There are of course many options for eating dumplings in Taiwan, but if you plan to eat ahead of the busy periods this restaurant chain is well worth checking out. It was a very pleasant experience after some of the more local food choices we had elsewhere in the city.
There are many themed/novelty restaurants in Taiwan, featuring Hello Kitty for example or furniture made from cardboard at Carton King. However, a made in Taiwan post just wouldn’t be complete without featuring a Modern Toilet restaurant; the chain that everyone Instagrams their photo’s from.
With around 10 locations around Taiwan, this is your chance to find out what it’s like to eat from a toilet; perhaps even drink from a urinal or urine collection bottle.
The original opened in 2004, having grown from a small ice cream shop to a full on menu and restaurant of toilet themed dishes. The food is actually quite good, thankfully.
The decor, and seating is also toilet themed. The seats are actual toilets that probably were or could be functional at some point. Although the lids are now glued down – probably to avoid an incident. I can imagine this place is popular with tourists, Taiwanese hipsters and families. Kids would have a field day being able to play with their poo food; as for adults!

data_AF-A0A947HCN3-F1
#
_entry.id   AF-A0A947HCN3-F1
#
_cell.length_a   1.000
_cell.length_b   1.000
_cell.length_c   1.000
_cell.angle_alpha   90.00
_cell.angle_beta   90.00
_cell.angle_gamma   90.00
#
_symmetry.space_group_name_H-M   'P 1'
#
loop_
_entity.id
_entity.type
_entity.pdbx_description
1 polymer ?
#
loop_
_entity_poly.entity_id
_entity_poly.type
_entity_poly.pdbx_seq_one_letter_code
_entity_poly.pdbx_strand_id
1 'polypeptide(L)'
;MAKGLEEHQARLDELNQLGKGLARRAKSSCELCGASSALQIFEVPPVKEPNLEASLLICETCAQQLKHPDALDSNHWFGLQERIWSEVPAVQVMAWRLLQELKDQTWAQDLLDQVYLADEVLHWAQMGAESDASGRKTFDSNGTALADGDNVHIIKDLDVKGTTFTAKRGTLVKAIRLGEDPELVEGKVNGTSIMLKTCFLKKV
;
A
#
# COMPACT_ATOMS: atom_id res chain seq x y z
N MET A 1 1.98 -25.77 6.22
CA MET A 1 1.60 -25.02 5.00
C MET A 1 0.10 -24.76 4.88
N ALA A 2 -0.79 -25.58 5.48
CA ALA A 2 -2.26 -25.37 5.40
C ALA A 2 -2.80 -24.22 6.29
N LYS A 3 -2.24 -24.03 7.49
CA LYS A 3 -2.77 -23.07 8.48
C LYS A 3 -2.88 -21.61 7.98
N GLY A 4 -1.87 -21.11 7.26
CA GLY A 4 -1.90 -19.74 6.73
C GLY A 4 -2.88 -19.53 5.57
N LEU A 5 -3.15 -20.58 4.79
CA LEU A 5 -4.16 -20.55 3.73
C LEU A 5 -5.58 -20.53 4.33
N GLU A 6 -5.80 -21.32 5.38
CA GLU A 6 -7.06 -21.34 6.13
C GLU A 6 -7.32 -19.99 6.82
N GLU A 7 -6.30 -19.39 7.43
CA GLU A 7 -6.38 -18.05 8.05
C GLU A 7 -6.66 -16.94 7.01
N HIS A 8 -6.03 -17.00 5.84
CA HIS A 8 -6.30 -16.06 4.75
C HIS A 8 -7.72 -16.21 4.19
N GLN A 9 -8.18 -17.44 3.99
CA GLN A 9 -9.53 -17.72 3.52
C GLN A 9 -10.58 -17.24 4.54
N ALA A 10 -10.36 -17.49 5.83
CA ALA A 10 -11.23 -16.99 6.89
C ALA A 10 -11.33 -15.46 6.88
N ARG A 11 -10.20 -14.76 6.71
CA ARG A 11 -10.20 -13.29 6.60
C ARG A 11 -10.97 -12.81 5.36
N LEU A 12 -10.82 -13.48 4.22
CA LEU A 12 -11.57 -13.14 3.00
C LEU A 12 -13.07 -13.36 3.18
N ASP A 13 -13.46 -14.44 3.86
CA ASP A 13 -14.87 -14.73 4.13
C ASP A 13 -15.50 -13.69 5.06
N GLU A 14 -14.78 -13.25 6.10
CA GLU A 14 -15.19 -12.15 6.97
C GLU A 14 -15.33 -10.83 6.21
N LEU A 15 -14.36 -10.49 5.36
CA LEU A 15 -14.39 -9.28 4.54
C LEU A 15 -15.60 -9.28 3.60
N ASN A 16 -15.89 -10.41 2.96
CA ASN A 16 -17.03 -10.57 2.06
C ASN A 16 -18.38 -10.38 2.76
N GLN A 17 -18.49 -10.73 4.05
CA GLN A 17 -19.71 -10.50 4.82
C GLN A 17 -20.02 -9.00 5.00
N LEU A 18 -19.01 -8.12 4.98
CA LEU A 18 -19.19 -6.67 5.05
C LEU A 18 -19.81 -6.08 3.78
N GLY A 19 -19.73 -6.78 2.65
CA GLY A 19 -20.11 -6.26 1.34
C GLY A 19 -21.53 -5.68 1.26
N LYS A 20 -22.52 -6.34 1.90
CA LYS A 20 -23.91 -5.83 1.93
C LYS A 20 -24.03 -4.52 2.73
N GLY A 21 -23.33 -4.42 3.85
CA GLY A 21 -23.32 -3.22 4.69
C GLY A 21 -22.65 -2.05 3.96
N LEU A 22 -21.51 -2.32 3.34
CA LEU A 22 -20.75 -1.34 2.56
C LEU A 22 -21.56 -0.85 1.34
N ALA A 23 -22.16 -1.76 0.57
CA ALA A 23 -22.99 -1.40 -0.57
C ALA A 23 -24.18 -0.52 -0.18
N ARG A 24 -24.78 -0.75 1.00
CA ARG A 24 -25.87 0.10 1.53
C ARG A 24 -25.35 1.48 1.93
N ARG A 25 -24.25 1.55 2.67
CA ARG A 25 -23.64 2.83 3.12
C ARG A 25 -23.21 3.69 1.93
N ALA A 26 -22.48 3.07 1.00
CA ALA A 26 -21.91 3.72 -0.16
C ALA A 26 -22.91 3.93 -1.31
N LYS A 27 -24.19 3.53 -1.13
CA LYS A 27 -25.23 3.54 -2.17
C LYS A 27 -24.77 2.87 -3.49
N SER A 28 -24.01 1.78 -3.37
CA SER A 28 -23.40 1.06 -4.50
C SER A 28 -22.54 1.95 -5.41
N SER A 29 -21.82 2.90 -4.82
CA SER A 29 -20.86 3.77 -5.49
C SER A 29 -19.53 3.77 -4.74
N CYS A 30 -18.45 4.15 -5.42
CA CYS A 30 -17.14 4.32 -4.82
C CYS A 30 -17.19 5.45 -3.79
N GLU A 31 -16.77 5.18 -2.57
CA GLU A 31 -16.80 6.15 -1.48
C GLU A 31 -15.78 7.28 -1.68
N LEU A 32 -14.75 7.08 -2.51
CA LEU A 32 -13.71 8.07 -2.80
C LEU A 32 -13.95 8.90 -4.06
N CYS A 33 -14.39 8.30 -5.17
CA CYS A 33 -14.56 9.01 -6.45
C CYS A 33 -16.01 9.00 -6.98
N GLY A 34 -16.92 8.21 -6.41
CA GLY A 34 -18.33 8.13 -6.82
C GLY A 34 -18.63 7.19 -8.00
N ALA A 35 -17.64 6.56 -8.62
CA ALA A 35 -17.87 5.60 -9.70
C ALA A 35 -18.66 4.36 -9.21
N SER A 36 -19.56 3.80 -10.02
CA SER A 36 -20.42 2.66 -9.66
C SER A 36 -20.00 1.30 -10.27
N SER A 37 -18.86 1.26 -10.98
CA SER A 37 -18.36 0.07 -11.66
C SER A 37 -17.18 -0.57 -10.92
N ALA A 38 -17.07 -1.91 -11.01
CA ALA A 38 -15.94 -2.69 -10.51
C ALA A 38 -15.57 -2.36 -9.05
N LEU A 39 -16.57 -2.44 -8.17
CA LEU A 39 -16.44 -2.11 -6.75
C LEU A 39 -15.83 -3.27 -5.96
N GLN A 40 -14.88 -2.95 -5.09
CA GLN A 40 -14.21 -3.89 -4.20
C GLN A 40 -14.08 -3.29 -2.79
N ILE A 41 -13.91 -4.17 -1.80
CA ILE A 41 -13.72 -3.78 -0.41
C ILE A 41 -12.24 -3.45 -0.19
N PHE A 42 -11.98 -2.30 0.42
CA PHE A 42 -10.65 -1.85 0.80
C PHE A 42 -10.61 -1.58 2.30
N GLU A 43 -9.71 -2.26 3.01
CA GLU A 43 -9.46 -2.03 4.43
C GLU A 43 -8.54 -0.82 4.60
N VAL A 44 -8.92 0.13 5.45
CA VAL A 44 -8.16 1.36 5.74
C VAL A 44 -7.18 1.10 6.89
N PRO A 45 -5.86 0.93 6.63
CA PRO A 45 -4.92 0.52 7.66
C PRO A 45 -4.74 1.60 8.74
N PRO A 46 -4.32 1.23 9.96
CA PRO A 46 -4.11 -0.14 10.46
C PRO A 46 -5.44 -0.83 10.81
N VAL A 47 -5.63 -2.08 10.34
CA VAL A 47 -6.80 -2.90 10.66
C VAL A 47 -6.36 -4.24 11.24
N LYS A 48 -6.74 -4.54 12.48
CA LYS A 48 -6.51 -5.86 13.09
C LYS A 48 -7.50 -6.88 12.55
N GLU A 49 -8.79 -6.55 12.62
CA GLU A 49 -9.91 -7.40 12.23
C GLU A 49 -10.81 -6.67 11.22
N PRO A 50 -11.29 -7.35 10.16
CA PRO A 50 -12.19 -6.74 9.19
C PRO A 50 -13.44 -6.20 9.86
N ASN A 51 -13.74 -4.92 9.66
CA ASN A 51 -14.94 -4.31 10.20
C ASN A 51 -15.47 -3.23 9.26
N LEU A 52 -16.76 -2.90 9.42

The combo option provides you with poo shaped bread rolls and an ice cream turd, the latter of which is served in a squat toilet of course. The popular choice is a curried dish which arrives in it’s very own toilet.
You are of course paying for the experience, but it’s great fun and bound to fulfill your social media allowance for the day.
Taiwanese Burger (Gua Bao / 割包/刈包)
This cute sandwich like burger traditionally contains, pork, pickles and peanuts. However, we tried several that contained noodles and which I just couldn’t resist every time I saw them. I mean, what’s better than a noodle dish – noodles in a mouth shaped bao bun of course!
It’s origination is unconfirmed. Although we were told by our guide in Taichung that Bashibao on Zhongshan Road was a likely contender. They certainly knew how to make them – but only served these up around breakfast and lunchtime. Once they were gone that was it for the day.
There was a stall at the Hualien, Dongdamen night market selling beef and chicken options, so it’s definitely a countrywide speciality.
Have you been to Taiwan, know of any other foods which originated there? Of course, it’s not just about the food, Taiwan offers so much more, so check back soon for more from my travels or follow me on Facebook or Twitter for updates.